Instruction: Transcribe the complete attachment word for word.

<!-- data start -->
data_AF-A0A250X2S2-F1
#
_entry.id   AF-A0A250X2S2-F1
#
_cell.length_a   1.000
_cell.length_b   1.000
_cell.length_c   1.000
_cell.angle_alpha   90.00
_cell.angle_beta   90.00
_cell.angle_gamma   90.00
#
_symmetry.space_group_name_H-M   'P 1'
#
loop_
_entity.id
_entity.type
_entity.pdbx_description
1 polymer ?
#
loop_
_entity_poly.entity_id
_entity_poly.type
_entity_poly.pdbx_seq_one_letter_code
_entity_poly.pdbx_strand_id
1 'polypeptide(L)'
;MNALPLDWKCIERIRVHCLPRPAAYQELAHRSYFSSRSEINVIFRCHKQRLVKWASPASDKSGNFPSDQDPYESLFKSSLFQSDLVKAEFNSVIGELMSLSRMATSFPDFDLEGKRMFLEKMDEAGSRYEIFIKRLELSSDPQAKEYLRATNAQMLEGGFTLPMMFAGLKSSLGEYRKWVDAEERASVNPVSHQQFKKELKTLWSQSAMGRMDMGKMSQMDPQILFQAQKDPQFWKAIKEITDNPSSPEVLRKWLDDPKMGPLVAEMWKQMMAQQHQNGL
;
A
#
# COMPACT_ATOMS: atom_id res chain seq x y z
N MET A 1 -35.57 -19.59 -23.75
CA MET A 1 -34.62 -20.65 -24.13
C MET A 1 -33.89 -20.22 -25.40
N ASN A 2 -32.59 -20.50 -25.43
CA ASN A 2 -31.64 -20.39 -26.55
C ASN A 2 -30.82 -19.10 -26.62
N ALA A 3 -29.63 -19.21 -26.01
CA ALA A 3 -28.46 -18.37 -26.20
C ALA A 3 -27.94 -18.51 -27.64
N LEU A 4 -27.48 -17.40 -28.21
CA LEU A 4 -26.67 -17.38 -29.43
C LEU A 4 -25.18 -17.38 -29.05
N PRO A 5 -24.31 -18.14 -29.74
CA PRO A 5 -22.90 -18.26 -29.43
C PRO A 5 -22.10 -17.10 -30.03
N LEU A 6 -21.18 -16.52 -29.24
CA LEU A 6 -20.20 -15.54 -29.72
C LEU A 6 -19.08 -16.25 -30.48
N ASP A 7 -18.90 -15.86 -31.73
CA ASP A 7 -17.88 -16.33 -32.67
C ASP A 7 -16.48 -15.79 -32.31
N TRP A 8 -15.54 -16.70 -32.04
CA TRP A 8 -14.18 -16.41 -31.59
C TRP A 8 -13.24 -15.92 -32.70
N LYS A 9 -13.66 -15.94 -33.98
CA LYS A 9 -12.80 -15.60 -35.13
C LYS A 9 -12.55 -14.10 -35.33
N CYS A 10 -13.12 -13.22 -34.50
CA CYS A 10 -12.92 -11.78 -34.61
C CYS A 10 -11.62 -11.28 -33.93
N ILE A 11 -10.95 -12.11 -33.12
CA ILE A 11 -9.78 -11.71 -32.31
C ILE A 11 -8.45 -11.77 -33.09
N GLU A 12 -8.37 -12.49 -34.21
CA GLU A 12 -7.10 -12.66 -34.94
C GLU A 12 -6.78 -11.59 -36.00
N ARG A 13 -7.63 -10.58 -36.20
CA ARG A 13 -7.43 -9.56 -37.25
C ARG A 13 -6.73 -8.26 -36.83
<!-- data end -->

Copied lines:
data_AF-A0A250X2S2-F1
#
_entry.id   AF-A0A250X2S2-F1
#
_cell.length_a   1.000
_cell.length_b   1.000
_cell.length_c   1.000
_cell.angle_alpha   90.00
_cell.angle_beta   90.00
_cell.angle_gamma   90.00
#
_symmetry.space_group_name_H-M   'P 1'
#
loop_
_entity.id
_entity.type
_entity.pdbx_description
1 polymer ?
#
loop_
_entity_poly.entity_id
_entity_poly.type
_entity_poly.pdbx_seq_one_letter_code
_entity_poly.pdbx_strand_id
1 'polypeptide(L)'
;MNALPLDWKCIERIRVHCLPRPAAYQELAHRSYFSSRSEINVIFRCHKQRLVKWASPASDKSGNFPSDQDPYESLFKSSLFQSDLVKAEFNSVIGELMSLSRMATSFPDFDLEGKRMFLEKMDEAGSRYEIFIKRLELSSDPQAKEYLRATNAQMLEGGFTLPMMFAGLKSSLGEYRKWVDAEERASVNPVSHQQFKKELKTLWSQSAMGRMDMGKMSQMDPQILFQAQKDPQFWKAIKEITDNPSSPEVLRKWLDDPKMGPLVAEMWKQMMAQQHQNGL
;
A
#
# COMPACT_ATOMS: atom_id res chain seq x y z
N MET A 1 -35.57 -19.59 -23.75
CA MET A 1 -34.62 -20.65 -24.13
C MET A 1 -33.89 -20.22 -25.40
N ASN A 2 -32.59 -20.50 -25.43
CA ASN A 2 -31.64 -20.39 -26.55
C ASN A 2 -30.82 -19.10 -26.62
N ALA A 3 -29.63 -19.21 -26.01
CA ALA A 3 -28.46 -18.37 -26.20
C ALA A 3 -27.94 -18.51 -27.64
N LEU A 4 -27.48 -17.40 -28.21
CA LEU A 4 -26.67 -17.38 -29.43
C LEU A 4 -25.18 -17.38 -29.05
N PRO A 5 -24.31 -18.14 -29.74
CA PRO A 5 -22.90 -18.26 -29.43
C PRO A 5 -22.10 -17.10 -30.03
N LEU A 6 -21.18 -16.52 -29.24
CA LEU A 6 -20.20 -15.54 -29.72
C LEU A 6 -19.08 -16.25 -30.48
N ASP A 7 -18.90 -15.86 -31.73
CA ASP A 7 -17.88 -16.33 -32.67
C ASP A 7 -16.48 -15.79 -32.31
N TRP A 8 -15.54 -16.70 -32.04
CA TRP A 8 -14.18 -16.41 -31.59
C TRP A 8 -13.24 -15.92 -32.70
N LYS A 9 -13.66 -15.94 -33.98
CA LYS A 9 -12.80 -15.60 -35.13
C LYS A 9 -12.55 -14.10 -35.33
N CYS A 10 -13.12 -13.22 -34.50
CA CYS A 10 -12.92 -11.78 -34.61
C CYS A 10 -11.62 -11.28 -33.93
N ILE A 11 -10.95 -12.11 -33.12
CA ILE A 11 -9.78 -11.71 -32.31
C ILE A 11 -8.45 -11.77 -33.09
N GLU A 12 -8.37 -12.49 -34.21
CA GLU A 12 -7.10 -12.66 -34.94
C GLU A 12 -6.78 -11.59 -36.00
N ARG A 13 -7.63 -10.58 -36.20
CA ARG A 13 -7.43 -9.56 -37.25
C ARG A 13 -6.73 -8.26 -36.83